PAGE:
What Is Net Profit And How To Calculate It (With Example)
Updated 2 September 2023
When a company wants a better understanding of its financial health, it might calculate its net profit, also called its net income or net profit margin. Net refers to a sum calculated after any necessary deductions, like operational costs, tax costs or labour costs. Understanding net income margins and profits can help business accountants, executives or investors learn how to measure a company's financial health and determine its costs and primary income.
In this article, we define net profit, provide a list of what is typically included, explain how to calculate this value, explore some common challenges of the calculation and compare net and gross profits.
What Is Net Profit?
Net profit or net profit margin is a financial ratio used to calculate the percentage of profit that a company generates from its revenue. More specifically, it is the percentage of a company's total revenue that is left after the company accounts for all of its expenses. These can include product production costs, interest, preferred stock dividends, taxes and operating costs such as rent, employee salaries and utilities.
This profit margin can be a strong indicator of a company's financial health and is often used to evaluate a company's effectiveness in a specific market. Companies can use these calculations to predict future profits and make corresponding decisions about operating costs and overall spending. Public companies typically track these profit margins quarterly and include these calculations in their annual reports and income statements. The average net margin varies significantly across industries.
Components Of This Profit Margin
Included in this profit margin are the variables that make up a company's revenue and expenses. For revenue, sometimes referred to as a company's top line, this includes the total income the company generates via sales of products or services. For expenses, this includes all costs associated with creating the product and operating the business. Some companies may generate substantial revenue, but if their expenses are also high, their net margin may remain small.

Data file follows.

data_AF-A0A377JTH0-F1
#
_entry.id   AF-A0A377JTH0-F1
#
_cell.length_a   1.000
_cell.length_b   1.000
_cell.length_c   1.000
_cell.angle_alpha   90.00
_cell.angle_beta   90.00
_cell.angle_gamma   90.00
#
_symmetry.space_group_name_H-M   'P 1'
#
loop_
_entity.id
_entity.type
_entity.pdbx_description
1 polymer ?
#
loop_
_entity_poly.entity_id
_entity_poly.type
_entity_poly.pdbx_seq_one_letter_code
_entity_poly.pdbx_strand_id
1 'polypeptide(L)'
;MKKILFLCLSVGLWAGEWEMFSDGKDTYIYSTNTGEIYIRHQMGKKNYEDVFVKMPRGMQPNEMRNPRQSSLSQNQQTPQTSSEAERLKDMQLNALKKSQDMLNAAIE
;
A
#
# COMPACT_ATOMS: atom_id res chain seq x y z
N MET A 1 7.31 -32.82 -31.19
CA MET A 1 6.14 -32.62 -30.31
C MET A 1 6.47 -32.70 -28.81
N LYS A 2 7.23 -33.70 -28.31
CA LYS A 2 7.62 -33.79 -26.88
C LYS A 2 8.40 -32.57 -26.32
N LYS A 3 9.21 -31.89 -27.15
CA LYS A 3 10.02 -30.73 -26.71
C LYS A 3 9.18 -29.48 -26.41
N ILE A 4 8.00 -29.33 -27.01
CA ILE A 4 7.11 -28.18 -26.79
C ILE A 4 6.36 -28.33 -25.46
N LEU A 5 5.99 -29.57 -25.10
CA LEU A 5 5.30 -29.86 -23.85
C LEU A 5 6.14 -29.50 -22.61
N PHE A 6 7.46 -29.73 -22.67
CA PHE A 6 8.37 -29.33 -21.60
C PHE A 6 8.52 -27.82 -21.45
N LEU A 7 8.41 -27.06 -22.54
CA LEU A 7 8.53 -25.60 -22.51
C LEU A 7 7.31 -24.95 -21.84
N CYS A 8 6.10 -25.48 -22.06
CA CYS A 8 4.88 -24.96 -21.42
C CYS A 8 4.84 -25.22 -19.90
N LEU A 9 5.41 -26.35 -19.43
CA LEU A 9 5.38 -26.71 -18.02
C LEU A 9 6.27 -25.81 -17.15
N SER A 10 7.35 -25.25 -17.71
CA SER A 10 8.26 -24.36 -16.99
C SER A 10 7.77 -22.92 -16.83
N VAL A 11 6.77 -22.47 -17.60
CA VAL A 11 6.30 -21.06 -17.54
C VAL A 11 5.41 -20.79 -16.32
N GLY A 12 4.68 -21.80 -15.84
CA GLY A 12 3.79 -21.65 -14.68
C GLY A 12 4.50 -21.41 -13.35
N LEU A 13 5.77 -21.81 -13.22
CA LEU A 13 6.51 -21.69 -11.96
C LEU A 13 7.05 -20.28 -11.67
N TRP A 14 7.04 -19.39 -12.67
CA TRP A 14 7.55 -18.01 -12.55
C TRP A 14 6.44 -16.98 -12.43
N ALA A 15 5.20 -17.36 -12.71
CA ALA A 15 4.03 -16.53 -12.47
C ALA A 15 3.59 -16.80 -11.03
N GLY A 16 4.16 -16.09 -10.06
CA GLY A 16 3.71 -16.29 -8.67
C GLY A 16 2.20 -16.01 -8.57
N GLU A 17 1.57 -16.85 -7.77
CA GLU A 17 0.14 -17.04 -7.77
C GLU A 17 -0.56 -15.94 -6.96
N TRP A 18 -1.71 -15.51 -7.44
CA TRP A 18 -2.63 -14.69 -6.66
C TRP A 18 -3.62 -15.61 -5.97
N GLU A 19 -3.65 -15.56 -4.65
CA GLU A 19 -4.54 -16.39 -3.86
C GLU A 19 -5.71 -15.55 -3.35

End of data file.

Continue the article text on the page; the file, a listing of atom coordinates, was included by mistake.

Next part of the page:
Here is a list of the common components of net margins:
Incomes from sales
Specialised service costs
How To Calculate Profit Margin?
Besides understanding what profit margin is and its value for businesses, understanding how to calculate it can be crucial for fully understanding the concept. Calculating profit margin follows a specific formula, regardless of the industry or specific company. Here are the five steps to calculate a company's profit margin:
1. Calculate the company's total revenue
Total revenue refers to the entire sum of money a company earns in the given period. If a company is calculating its total revenue for the first quarter of the year, it adds every revenue source from the first day of the year to the final day of the quarter. For example, if a company calculates its total revenue for the first quarter at ₹5,354,041, this is the number the company's accountants use to subtract expenses and ultimately determine net margin.
2. Calculate the company's total expenses
Calculate the total expenses the company incurs over the given reporting time period. This includes all operational expenses and any other costs a company incurs to remain operational, enhance its operations or produce its products. For example, if the same company calculates a total of ₹850,348 in expenses, the company uses that number as its baseline for calculating net margin. The number is typically lower than the company's revenues, or there is no profit margin. If expenses exceed revenues, the company has a negative profit margin.
3. Subtract the total expenses from the total revenue